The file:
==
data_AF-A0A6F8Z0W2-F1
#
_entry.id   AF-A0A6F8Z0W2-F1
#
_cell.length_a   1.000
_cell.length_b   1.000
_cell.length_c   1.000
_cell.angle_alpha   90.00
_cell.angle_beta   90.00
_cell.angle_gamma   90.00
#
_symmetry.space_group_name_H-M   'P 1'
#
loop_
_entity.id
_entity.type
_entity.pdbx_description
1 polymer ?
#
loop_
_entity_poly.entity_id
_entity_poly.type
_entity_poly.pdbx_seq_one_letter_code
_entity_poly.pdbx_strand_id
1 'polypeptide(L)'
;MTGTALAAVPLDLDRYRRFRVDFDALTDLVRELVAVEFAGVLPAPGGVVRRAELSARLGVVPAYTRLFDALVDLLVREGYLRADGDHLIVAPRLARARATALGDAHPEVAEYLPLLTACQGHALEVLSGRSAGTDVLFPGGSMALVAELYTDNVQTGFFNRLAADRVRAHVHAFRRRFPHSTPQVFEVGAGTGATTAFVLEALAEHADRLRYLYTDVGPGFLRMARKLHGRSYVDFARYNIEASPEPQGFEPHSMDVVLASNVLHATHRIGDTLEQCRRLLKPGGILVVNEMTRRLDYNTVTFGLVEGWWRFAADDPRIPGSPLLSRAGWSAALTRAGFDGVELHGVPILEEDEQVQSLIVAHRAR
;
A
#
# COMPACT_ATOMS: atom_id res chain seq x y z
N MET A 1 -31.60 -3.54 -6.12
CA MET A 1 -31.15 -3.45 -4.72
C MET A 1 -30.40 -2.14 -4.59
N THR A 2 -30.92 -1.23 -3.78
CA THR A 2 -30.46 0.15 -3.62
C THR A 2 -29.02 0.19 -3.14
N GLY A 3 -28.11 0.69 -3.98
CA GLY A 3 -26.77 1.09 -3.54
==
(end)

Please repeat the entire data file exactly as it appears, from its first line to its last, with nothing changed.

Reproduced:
data_AF-A0A6F8Z0W2-F1
#
_entry.id   AF-A0A6F8Z0W2-F1
#
_cell.length_a   1.000
_cell.length_b   1.000
_cell.length_c   1.000
_cell.angle_alpha   90.00
_cell.angle_beta   90.00
_cell.angle_gamma   90.00
#
_symmetry.space_group_name_H-M   'P 1'
#
loop_
_entity.id
_entity.type
_entity.pdbx_description
1 polymer ?
#
loop_
_entity_poly.entity_id
_entity_poly.type
_entity_poly.pdbx_seq_one_letter_code
_entity_poly.pdbx_strand_id
1 'polypeptide(L)'
;MTGTALAAVPLDLDRYRRFRVDFDALTDLVRELVAVEFAGVLPAPGGVVRRAELSARLGVVPAYTRLFDALVDLLVREGYLRADGDHLIVAPRLARARATALGDAHPEVAEYLPLLTACQGHALEVLSGRSAGTDVLFPGGSMALVAELYTDNVQTGFFNRLAADRVRAHVHAFRRRFPHSTPQVFEVGAGTGATTAFVLEALAEHADRLRYLYTDVGPGFLRMARKLHGRSYVDFARYNIEASPEPQGFEPHSMDVVLASNVLHATHRIGDTLEQCRRLLKPGGILVVNEMTRRLDYNTVTFGLVEGWWRFAADDPRIPGSPLLSRAGWSAALTRAGFDGVELHGVPILEEDEQVQSLIVAHRAR
;
A
#
# COMPACT_ATOMS: atom_id res chain seq x y z
N MET A 1 -31.60 -3.54 -6.12
CA MET A 1 -31.15 -3.45 -4.72
C MET A 1 -30.40 -2.14 -4.59
N THR A 2 -30.92 -1.23 -3.78
CA THR A 2 -30.46 0.15 -3.62
C THR A 2 -29.02 0.19 -3.14
N GLY A 3 -28.11 0.69 -3.98
CA GLY A 3 -26.77 1.09 -3.54